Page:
As appearing in SOURCE
Three liberal arts students have been awarded Critical Language Scholarships (CLS) and will be traveling abroad this summer to experience the equivalent of a year of college language courses within a two-month period.
The CLS program provides graduate and undergraduate students the opportunity to study critical needs languages and cultures, as designated by the U.S. Department of State. Students are able to pick their language of choice to learn, but not the region or country that will host them.
Mary Swanson, associate director of the Office for Undergraduate Research and Artistry, described the program as being “quite competitive.” Last year, there were only 550 recipients and numbers for this year have not yet been released.
“Applicants must demonstrate a commitment to the language they’re studying,” Swanson said of the application process.
Elizabeth Hale is an International Studies major with a concentration in Middle Eastern and North African studies. She has a minor in Arabic studies and has had a passion for the language since she was 13.
“I started studying Arabic when I was in eighth grade,” Hale said.
Through this experience, Hale described how she wants to improve her Arabic skills both formally and informally.
“I hope to get to a point of fluency,” she said. “The contrast between dialects sometimes hinders the ability for fluid conversation.”
Hale plans to become an Arabic language professor. She wants to use the CLS experience as an opportunity to broaden the language focus of the U.S. and inspire more people to learn and speak critical languages.
Arabic is the fourth most spoken language in the world.
Fort Collins native Kelli Wick is majoring in Cultural Anthropology with minors in French, German and International Development. She will be traveling to Tanzania, Africa, to study Swahili.
“I’ve never spoken the language,” Wick said. “I’m using an online program for training, and a CSU staff member has offered to tutor me.”
She said that when working abroad, it is important to use that region’s language to fully understand the culture. She has wanted to travel to East Africa since she was 11.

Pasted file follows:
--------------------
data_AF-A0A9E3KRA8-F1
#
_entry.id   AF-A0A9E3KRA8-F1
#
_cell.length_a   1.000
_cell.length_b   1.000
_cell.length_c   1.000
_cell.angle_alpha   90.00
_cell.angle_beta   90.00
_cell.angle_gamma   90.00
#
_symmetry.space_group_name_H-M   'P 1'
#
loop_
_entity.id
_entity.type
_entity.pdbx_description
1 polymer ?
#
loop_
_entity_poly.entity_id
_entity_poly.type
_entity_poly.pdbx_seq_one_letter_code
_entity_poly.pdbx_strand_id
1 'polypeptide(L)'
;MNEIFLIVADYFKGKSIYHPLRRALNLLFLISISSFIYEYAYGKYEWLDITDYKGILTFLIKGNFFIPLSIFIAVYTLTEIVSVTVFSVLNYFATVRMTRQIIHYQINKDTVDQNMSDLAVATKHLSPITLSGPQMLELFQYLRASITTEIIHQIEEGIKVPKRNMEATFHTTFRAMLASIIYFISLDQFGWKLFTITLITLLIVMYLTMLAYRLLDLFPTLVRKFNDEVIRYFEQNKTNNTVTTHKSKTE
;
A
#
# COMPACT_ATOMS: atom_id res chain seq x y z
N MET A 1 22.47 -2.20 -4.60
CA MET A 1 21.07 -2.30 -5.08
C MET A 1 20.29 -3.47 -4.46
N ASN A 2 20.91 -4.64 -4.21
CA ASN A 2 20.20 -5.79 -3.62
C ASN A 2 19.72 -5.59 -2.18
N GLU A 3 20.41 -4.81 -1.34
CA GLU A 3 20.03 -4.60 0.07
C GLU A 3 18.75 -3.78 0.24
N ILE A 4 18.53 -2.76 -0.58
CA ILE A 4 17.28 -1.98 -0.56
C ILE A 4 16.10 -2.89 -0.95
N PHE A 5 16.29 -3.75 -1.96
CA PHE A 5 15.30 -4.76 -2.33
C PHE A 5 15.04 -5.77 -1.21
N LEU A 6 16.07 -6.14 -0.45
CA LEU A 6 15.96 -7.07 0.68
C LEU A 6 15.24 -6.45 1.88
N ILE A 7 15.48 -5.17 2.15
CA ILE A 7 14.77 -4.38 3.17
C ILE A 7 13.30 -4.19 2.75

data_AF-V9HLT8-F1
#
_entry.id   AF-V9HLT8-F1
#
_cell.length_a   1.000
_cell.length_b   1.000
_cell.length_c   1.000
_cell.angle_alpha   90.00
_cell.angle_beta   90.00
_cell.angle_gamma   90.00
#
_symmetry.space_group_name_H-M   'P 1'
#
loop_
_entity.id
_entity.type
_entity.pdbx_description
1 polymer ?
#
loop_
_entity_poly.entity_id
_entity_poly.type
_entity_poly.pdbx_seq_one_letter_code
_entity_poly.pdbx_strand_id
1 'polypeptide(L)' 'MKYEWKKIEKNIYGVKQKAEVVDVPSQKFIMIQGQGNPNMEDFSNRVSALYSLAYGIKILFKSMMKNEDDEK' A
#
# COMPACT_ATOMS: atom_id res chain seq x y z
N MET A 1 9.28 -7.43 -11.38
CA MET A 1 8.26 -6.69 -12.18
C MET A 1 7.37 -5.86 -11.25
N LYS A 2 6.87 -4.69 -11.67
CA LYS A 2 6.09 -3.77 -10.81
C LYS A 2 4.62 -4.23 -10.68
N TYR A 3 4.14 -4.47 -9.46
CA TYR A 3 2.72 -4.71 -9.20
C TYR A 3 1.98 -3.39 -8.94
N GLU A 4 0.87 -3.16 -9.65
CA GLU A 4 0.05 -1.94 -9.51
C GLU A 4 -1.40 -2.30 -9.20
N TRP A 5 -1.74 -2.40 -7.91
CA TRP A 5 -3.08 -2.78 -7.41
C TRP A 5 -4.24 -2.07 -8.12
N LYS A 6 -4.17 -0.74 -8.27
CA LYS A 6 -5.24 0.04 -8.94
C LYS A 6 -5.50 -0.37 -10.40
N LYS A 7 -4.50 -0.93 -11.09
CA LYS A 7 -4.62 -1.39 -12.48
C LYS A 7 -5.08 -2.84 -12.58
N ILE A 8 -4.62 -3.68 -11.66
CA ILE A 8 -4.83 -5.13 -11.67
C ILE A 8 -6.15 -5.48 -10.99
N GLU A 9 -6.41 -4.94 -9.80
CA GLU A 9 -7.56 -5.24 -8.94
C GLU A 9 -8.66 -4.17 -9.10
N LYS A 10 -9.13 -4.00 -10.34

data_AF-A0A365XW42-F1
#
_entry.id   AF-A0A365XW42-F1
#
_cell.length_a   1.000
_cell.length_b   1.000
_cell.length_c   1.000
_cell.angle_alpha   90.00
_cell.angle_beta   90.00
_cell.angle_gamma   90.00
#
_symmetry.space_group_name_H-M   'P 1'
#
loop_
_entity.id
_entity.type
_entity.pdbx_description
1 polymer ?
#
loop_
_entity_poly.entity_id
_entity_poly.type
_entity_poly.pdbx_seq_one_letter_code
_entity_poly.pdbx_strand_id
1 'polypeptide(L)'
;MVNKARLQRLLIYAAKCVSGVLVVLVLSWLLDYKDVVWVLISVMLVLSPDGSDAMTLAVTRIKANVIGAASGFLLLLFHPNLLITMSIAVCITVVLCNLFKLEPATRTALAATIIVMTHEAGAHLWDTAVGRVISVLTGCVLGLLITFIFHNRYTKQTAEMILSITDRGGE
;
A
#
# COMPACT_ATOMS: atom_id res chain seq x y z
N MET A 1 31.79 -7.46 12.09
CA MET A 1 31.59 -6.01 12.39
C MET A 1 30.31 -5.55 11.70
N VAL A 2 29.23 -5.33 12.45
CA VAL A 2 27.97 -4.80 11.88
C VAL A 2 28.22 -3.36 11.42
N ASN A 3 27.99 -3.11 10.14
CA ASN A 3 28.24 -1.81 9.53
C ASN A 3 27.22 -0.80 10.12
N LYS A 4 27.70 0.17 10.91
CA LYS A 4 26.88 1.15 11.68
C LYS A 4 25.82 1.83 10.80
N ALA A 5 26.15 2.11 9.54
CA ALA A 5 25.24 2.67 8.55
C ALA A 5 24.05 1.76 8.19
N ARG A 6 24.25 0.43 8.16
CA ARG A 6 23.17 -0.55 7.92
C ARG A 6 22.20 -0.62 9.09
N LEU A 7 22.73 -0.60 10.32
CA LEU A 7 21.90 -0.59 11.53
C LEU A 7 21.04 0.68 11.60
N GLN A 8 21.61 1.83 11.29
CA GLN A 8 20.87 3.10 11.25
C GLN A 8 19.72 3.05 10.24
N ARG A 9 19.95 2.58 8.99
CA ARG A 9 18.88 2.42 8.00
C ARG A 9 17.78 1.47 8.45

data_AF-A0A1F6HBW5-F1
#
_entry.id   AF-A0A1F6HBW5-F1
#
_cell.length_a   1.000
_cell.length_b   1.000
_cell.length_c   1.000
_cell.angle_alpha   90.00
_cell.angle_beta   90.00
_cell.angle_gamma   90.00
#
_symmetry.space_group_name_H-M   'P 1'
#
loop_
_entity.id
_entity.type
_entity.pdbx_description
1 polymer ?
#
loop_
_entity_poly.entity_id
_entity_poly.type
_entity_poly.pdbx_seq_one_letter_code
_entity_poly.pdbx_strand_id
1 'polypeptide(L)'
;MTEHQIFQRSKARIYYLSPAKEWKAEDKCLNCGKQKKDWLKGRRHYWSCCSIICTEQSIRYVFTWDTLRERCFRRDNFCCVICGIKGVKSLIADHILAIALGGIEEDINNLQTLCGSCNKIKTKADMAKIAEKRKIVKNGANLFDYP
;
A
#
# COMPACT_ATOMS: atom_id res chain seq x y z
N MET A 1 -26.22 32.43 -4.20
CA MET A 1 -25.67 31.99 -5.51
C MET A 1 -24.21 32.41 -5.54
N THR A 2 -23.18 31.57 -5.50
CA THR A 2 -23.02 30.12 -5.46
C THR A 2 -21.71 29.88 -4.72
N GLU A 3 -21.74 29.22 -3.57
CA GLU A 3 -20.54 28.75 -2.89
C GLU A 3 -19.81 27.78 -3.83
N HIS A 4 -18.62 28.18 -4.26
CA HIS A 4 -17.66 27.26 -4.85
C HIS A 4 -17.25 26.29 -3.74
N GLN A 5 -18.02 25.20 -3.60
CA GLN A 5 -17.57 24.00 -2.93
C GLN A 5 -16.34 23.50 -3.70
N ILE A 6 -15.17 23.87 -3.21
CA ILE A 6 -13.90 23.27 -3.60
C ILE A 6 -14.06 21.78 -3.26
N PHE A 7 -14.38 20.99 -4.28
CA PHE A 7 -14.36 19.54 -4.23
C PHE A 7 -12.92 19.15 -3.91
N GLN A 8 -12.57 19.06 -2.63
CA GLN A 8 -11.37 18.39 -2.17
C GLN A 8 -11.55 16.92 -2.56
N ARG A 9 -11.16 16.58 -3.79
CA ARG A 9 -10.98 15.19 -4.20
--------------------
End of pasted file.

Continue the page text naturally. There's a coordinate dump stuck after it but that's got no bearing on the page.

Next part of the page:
“I have to write a letter to my host family in Swahili before I arrive, so I’m trying to start learning now,” Wick said.
In her experience at CSU, Wick has studied abroad, as well as traveled and worked in France, Senegal, Austria and nine other countries as a way to broaden her cultural roots.
Wick hopes to work in international development in education or public health. She is also considering teaching abroad, joining the Peace Corps, or working with refugee populations in Seattle.
Swahili is the third most common language in Africa.
Nizhny Novgorod, Russia
Jenna Hamilton has traveled to Russia several times, including a study abroad experience in fall 2014 to Saint Petersburg. She is an Economics and International Studies major with a minor in German and Russian languages.
Hamilton hopes that the CLS experience will help her achieve Russian fluency. She also said there are likely dialect differences between Saint Petersburg and Nizhny Novgorod and she wants to fully understand this critical language.
“We have to take a language pledge when we arrive, so we are only allowed to speak the language while on site,” Hamilton said.
Hamilton wants to work in higher education or international education after she graduates to help other students have the opportunity to study abroad.
“Don’t be afraid of the less traditional countries [when looking to study abroad],” Hamilton said. Russian is the eighth most spoken language in the world.
To donate to scholarships in the College of Liberal Arts, visit the scholarship giving page and search for the scholarship of your choice.